The Price of Liberty is Eternal Vigilance

The Watch


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City Council, April 8

Debate over penalties for infringement of "smoking in work-place" ordinance
Village Green joins Long Savannah. What about traffic a citizen asks?
Marc Knapp

There were only two items of note on last night’s agenda – an amendment to the City’s smoke- free work place ordinance, and an amendment that effectively makes the Village Green Development part of the Long Savannah Project. Both amendments were passed by Council though the first had some dissenters.

Supreme Court decision spurs changes
The ordinance relating to making work places smoke-free was made last year. There was considerable debate with some members opposed to the controls and penalties imposed. Some also argued that the State Supreme Court was hearing an appeal over the ordinance passed by the City of Greenville and that Charleston should wait for the Court’s opinion before determining its policy. Well, the Court has had its say and in the opinion of City’s Legal Counsel, the City’s ordinance look good – except in one area, penalties. The Supreme Court stated that individuals or entities that were infringing the ban on smoking should not be subject to criminal charges but to civil infractions, and fines should be of the order of $10 to $25.

No Council member had an argument with the conclusion that the criminal tag was too harsh and all who spoke agreed with the proposed change. But many had issues with the recommendation of the legal counsel that repeat offenders could have their business license reviewed and possibly revoked. The decision as to whether a business license is revoked lies with the Chief Financial Officer and the Business Licensing Committee.

Only Council should have powere to revoke business licenses
Council member Gilliard led the charge against the possible loss of a business license. He said it was wrong that such an important determination should be made by the CFO or the Business Licensing Committee. He thought that perhaps Council should have final say in any decision. And as others also argued, it is possible that a bar or restaurant owner is held responsible for an infraction but may have tried to restrain the patrons who caused the infraction.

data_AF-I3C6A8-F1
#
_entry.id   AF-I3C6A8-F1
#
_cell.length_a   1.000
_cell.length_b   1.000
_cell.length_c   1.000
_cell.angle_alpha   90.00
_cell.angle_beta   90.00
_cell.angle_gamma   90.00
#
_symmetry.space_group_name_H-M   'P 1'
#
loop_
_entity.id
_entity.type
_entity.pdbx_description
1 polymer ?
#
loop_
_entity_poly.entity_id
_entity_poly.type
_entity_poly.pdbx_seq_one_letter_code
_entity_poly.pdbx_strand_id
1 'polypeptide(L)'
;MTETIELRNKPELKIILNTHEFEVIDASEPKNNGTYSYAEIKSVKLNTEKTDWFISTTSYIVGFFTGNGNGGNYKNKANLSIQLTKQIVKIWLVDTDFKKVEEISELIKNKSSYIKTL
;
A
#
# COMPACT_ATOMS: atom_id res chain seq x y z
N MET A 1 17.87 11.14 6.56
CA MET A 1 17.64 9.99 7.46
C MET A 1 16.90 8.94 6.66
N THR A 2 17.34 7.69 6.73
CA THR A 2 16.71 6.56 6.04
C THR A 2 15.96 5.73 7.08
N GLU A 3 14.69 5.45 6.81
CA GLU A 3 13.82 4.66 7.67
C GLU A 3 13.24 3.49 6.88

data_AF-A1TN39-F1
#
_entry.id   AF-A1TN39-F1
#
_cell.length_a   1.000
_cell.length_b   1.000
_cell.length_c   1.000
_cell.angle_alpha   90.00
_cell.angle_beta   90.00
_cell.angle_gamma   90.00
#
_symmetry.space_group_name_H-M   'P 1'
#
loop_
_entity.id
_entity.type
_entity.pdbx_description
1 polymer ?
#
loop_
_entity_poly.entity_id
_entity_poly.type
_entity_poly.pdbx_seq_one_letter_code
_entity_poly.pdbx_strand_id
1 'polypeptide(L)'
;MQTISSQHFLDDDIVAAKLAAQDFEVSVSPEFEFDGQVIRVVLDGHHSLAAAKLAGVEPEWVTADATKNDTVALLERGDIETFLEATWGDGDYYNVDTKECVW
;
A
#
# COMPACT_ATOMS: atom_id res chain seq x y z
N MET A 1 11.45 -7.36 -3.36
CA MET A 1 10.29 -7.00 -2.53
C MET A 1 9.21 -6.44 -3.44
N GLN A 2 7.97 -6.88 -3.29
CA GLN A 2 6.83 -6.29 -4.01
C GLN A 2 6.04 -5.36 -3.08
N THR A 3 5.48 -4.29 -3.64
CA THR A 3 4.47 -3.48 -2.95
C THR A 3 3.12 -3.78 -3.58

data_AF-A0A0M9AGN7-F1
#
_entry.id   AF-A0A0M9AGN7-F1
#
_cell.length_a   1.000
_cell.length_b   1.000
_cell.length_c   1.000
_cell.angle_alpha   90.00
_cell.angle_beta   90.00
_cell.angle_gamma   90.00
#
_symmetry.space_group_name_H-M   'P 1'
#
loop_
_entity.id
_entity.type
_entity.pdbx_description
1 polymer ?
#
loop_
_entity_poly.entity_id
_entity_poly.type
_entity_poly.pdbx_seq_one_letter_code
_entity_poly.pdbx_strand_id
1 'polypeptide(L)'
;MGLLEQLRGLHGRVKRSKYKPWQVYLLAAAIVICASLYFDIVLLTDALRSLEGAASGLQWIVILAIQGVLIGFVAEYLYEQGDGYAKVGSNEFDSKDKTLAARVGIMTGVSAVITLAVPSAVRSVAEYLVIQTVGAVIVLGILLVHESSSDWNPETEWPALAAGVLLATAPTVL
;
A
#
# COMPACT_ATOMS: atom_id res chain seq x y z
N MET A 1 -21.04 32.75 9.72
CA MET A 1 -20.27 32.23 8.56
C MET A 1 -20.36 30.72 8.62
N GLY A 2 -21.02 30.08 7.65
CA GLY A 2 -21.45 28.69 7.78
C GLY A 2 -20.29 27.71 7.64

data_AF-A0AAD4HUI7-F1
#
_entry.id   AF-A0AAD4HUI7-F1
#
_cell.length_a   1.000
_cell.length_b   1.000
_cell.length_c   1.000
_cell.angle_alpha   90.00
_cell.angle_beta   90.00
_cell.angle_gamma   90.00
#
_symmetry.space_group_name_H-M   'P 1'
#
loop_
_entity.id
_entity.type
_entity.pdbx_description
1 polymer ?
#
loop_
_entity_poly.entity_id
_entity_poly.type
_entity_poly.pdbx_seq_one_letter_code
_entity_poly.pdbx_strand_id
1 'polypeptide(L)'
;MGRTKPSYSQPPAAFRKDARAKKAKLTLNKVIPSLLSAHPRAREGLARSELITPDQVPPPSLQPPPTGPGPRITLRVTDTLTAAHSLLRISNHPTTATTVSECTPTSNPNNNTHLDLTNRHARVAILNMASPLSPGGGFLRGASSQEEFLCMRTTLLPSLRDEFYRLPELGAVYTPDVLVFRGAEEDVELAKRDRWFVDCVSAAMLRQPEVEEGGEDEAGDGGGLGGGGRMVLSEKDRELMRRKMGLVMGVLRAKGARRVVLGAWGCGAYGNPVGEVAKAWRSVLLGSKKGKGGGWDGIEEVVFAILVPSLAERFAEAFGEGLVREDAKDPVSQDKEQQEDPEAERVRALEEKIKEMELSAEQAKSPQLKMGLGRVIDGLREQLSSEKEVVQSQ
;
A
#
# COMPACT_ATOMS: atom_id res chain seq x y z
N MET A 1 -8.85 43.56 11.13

Counsel pointed out that the powers of the CFO and the Business Licensing Committee have existed for some time. But it was the Mayor (we think) who suggested that the ordinance could be amended that if a business license were at stake, the final decision could be passed to City Council. Council agreed and such language will be inserted into the ordinance.

Council members Lewis, Mallard and Morinelli voted against the amendment, their position stemmed not from opposition to the amendment we believe but to the whole of the ordinance.

Village Green joins with Long Savannah
The Village Green project, a.k.a. as the C.R.Hipp Sr. Tract, has been around for some years. It annexed into the City in 1992 and guidelines for development were submitted to the City at that time. The guidelines and master plan were amended in 2003 and last night, were amended again, at least relating to the part of the original tract that remains undeveloped. The amendment under discussion last night related to 263.75 acres. Council was to approve the rezoning of part of the development.

We won’t go into the details but simply say that the approval sought of Council was effectively to allow the undeveloped portion of the project to be “incorporated” in to the Long Savannah Development. The projects are adjacent and the planning for both will be best if they are brought together. - at least that is what Josh Martin, Director of Planning, Preservation and Economic Innovation effectively said at the meeting.

Only one member of the public spoke against the Plan. He noted the severe traffic congestion on the Bees Ferry and Glen McConnell Highways. The congestion would not be helped by any development. He challenged members of Council to travel the area in peak hours to witness the severity of the congestion.

Council member Alexander calls for some relief from traffic congestion
Council member Alexander did recognize the problem of the traffic congestion. He asked where is the relief? What is being done to address the infrastructure problem? With all of this development, how will residents evacuate the area in time of a hurricane? He didn’t see how they could. We need to widen our approach to development to a regional basis, he said.

The Mayor attempted to defuse this criticism, suggesting that the Long Savannah development would probably be stretched over 20 years. He went further to detail all of the other developments in the broad area – Carolina Bay, Watson Hill, Poplar Grove, and Mead WestVaco and how the intervention of the City and others had led to development densities lower than first planned. He also said that the Glen McConnell Highway was to be widened between Orleans Road and Charlie Hall Blvd.

We doubt that this was particularly assuring to the member of the public or Council member Alexander. In effect the Mayor was conceding the traffic congestion will worsen! But however bad it turns out to be, it could have been even worse!

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